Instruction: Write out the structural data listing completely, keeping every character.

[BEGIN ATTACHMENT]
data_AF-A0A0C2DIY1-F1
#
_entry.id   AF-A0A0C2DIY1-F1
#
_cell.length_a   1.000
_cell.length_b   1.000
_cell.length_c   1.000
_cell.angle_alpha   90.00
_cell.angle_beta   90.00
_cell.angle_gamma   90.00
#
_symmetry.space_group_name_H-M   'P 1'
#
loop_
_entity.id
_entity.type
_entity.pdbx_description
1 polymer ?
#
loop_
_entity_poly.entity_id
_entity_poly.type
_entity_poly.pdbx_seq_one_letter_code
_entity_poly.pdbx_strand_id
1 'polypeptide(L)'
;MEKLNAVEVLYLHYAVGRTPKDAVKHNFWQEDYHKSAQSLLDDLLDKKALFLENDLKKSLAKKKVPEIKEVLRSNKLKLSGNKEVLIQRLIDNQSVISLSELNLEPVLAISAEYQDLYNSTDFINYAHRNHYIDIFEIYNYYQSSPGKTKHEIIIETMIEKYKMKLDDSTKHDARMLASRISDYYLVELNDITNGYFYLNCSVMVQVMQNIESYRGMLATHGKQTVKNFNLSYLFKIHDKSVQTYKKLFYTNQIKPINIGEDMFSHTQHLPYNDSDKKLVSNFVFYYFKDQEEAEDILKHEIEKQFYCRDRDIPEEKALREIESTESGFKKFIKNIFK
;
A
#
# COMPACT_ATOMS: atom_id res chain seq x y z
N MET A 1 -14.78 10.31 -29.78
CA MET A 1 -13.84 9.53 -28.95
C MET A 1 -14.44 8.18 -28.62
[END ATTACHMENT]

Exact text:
data_AF-A0A0C2DIY1-F1
#
_entry.id   AF-A0A0C2DIY1-F1
#
_cell.length_a   1.000
_cell.length_b   1.000
_cell.length_c   1.000
_cell.angle_alpha   90.00
_cell.angle_beta   90.00
_cell.angle_gamma   90.00
#
_symmetry.space_group_name_H-M   'P 1'
#
loop_
_entity.id
_entity.type
_entity.pdbx_description
1 polymer ?
#
loop_
_entity_poly.entity_id
_entity_poly.type
_entity_poly.pdbx_seq_one_letter_code
_entity_poly.pdbx_strand_id
1 'polypeptide(L)'
;MEKLNAVEVLYLHYAVGRTPKDAVKHNFWQEDYHKSAQSLLDDLLDKKALFLENDLKKSLAKKKVPEIKEVLRSNKLKLSGNKEVLIQRLIDNQSVISLSELNLEPVLAISAEYQDLYNSTDFINYAHRNHYIDIFEIYNYYQSSPGKTKHEIIIETMIEKYKMKLDDSTKHDARMLASRISDYYLVELNDITNGYFYLNCSVMVQVMQNIESYRGMLATHGKQTVKNFNLSYLFKIHDKSVQTYKKLFYTNQIKPINIGEDMFSHTQHLPYNDSDKKLVSNFVFYYFKDQEEAEDILKHEIEKQFYCRDRDIPEEKALREIESTESGFKKFIKNIFK
;
A
#
# COMPACT_ATOMS: atom_id res chain seq x y z
N MET A 1 -14.78 10.31 -29.78
CA MET A 1 -13.84 9.53 -28.95
C MET A 1 -14.44 8.18 -28.62